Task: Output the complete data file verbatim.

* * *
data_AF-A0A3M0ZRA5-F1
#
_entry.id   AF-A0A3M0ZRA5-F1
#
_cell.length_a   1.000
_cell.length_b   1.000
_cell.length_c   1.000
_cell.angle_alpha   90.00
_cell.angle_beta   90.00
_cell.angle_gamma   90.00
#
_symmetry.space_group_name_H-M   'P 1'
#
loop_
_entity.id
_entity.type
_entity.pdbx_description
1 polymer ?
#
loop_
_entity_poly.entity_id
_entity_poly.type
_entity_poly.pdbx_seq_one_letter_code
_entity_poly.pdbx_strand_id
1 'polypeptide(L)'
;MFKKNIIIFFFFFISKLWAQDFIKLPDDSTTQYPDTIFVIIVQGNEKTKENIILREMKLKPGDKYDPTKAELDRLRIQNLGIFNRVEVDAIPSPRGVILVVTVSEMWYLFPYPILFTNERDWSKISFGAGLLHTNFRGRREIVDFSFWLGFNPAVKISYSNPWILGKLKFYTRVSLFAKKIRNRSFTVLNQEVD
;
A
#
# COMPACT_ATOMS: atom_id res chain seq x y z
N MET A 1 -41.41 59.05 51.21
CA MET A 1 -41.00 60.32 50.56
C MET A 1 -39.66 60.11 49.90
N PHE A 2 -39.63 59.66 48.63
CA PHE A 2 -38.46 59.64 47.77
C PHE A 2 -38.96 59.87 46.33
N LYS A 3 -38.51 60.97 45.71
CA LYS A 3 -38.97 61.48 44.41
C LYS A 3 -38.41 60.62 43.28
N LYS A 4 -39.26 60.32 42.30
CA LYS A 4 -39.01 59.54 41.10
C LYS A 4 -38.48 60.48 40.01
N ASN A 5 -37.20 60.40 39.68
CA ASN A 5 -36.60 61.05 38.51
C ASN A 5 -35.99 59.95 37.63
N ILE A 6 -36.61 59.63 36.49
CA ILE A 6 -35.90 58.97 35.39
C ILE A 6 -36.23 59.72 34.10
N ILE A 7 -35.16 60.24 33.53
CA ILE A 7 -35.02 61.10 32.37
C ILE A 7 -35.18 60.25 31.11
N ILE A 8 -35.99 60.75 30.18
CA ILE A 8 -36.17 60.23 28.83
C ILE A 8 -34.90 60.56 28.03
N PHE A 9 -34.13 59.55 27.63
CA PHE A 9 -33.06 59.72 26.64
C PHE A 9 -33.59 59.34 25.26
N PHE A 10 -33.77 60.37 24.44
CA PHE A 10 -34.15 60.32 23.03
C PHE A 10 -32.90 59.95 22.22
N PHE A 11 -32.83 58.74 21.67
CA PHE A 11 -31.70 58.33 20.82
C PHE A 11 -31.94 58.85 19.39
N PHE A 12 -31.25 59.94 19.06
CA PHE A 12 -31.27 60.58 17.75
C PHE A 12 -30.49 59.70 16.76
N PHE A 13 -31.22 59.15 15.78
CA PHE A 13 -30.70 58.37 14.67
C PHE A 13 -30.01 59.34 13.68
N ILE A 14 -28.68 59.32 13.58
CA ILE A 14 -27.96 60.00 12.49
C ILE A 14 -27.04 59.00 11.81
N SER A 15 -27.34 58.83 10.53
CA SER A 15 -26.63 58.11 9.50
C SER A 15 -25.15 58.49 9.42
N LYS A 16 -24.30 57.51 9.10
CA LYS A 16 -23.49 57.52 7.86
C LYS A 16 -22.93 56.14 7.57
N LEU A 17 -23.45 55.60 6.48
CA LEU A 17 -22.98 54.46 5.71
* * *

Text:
data_AF-A0A3M0ZRA5-F1
#
_entry.id   AF-A0A3M0ZRA5-F1
#
_cell.length_a   1.000
_cell.length_b   1.000
_cell.length_c   1.000
_cell.angle_alpha   90.00
_cell.angle_beta   90.00
_cell.angle_gamma   90.00
#
_symmetry.space_group_name_H-M   'P 1'
#
loop_
_entity.id
_entity.type
_entity.pdbx_description
1 polymer ?
#
loop_
_entity_poly.entity_id
_entity_poly.type
_entity_poly.pdbx_seq_one_letter_code
_entity_poly.pdbx_strand_id
1 'polypeptide(L)'
;MFKKNIIIFFFFFISKLWAQDFIKLPDDSTTQYPDTIFVIIVQGNEKTKENIILREMKLKPGDKYDPTKAELDRLRIQNLGIFNRVEVDAIPSPRGVILVVTVSEMWYLFPYPILFTNERDWSKISFGAGLLHTNFRGRREIVDFSFWLGFNPAVKISYSNPWILGKLKFYTRVSLFAKKIRNRSFTVLNQEVD
;
A
#
# COMPACT_ATOMS: atom_id res chain seq x y z
N MET A 1 -41.41 59.05 51.21
CA MET A 1 -41.00 60.32 50.56
C MET A 1 -39.66 60.11 49.90
N PHE A 2 -39.63 59.66 48.63
CA PHE A 2 -38.46 59.64 47.77
C PHE A 2 -38.96 59.87 46.33
N LYS A 3 -38.51 60.97 45.71
CA LYS A 3 -38.97 61.48 44.41
C LYS A 3 -38.41 60.62 43.28
N LYS A 4 -39.26 60.32 42.30
CA LYS A 4 -39.01 59.54 41.10
C LYS A 4 -38.48 60.48 40.01
N ASN A 5 -37.20 60.40 39.68
CA ASN A 5 -36.60 61.05 38.51
C ASN A 5 -35.99 59.95 37.63
N ILE A 6 -36.61 59.63 36.49
CA ILE A 6 -35.90 58.97 35.39
C ILE A 6 -36.23 59.72 34.10
N ILE A 7 -35.16 60.24 33.53
CA ILE A 7 -35.02 61.10 32.37
C ILE A 7 -35.18 60.25 31.11
N ILE A 8 -35.99 60.75 30.18
CA ILE A 8 -36.17 60.23 28.83
C ILE A 8 -34.90 60.56 28.03
N PHE A 9 -34.13 59.55 27.63
CA PHE A 9 -33.06 59.72 26.64
C PHE A 9 -33.59 59.34 25.26
N PHE A 10 -33.77 60.37 24.44
CA PHE A 10 -34.15 60.32 23.03
C PHE A 10 -32.90 59.95 22.22
N PHE A 11 -32.83 58.74 21.67
CA PHE A 11 -31.70 58.33 20.82
C PHE A 11 -31.94 58.85 19.39
N PHE A 12 -31.25 59.94 19.06
CA PHE A 12 -31.27 60.58 17.75
C PHE A 12 -30.49 59.70 16.76
N PHE A 13 -31.22 59.15 15.78
CA PHE A 13 -30.70 58.37 14.67
C PHE A 13 -30.01 59.34 13.68
N ILE A 14 -28.68 59.32 13.58
CA ILE A 14 -27.96 60.00 12.49
C ILE A 14 -27.04 59.00 11.81
N SER A 15 -27.34 58.83 10.53
CA SER A 15 -26.63 58.11 9.50
C SER A 15 -25.15 58.49 9.42
N LYS A 16 -24.30 57.51 9.10
CA LYS A 16 -23.49 57.52 7.86
C LYS A 16 -22.93 56.14 7.57
N LEU A 17 -23.45 55.60 6.48
CA LEU A 17 -22.98 54.46 5.71